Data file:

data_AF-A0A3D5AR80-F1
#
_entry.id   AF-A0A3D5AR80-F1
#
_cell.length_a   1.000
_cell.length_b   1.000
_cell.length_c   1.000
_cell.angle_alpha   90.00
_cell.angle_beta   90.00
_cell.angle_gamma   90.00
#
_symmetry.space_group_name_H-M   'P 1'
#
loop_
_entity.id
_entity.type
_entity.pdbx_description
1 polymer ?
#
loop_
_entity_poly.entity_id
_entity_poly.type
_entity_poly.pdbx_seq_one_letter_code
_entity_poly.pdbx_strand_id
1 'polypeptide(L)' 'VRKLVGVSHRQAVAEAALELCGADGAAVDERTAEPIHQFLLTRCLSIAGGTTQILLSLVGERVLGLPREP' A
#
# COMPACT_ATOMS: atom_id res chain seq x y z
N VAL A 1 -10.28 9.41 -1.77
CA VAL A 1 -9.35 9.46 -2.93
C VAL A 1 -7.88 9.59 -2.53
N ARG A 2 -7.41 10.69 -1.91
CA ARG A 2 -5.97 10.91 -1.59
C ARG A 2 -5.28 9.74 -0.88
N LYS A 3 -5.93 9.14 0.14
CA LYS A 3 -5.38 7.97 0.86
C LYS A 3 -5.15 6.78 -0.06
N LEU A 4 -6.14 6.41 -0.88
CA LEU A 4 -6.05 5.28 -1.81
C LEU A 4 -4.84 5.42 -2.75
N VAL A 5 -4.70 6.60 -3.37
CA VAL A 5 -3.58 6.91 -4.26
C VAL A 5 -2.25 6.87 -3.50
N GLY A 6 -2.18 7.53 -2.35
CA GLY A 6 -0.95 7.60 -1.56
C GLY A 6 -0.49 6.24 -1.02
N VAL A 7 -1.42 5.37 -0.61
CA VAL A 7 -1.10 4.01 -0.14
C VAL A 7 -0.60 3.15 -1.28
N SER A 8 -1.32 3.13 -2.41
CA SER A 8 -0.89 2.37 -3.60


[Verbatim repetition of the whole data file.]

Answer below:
data_AF-A0A3D5AR80-F1
#
_entry.id   AF-A0A3D5AR80-F1
#
_cell.length_a   1.000
_cell.length_b   1.000
_cell.length_c   1.000
_cell.angle_alpha   90.00
_cell.angle_beta   90.00
_cell.angle_gamma   90.00
#
_symmetry.space_group_name_H-M   'P 1'
#
loop_
_entity.id
_entity.type
_entity.pdbx_description
1 polymer ?
#
loop_
_entity_poly.entity_id
_entity_poly.type
_entity_poly.pdbx_seq_one_letter_code
_entity_poly.pdbx_strand_id
1 'polypeptide(L)' 'VRKLVGVSHRQAVAEAALELCGADGAAVDERTAEPIHQFLLTRCLSIAGGTTQILLSLVGERVLGLPREP' A
#
# COMPACT_ATOMS: atom_id res chain seq x y z
N VAL A 1 -10.28 9.41 -1.77
CA VAL A 1 -9.35 9.46 -2.93
C VAL A 1 -7.88 9.59 -2.53
N ARG A 2 -7.41 10.69 -1.91
CA ARG A 2 -5.97 10.91 -1.59
C ARG A 2 -5.28 9.74 -0.88
N LYS A 3 -5.93 9.14 0.14
CA LYS A 3 -5.38 7.97 0.86
C LYS A 3 -5.15 6.78 -0.06
N LEU A 4 -6.14 6.41 -0.88
CA LEU A 4 -6.05 5.28 -1.81
C LEU A 4 -4.84 5.42 -2.75
N VAL A 5 -4.70 6.60 -3.37
CA VAL A 5 -3.58 6.91 -4.26
C VAL A 5 -2.25 6.87 -3.50
N GLY A 6 -2.18 7.53 -2.35
CA GLY A 6 -0.95 7.60 -1.56
C GLY A 6 -0.49 6.24 -1.02
N VAL A 7 -1.42 5.37 -0.61
CA VAL A 7 -1.10 4.01 -0.14
C VAL A 7 -0.60 3.15 -1.28
N SER A 8 -1.32 3.13 -2.41
CA SER A 8 -0.89 2.37 -3.60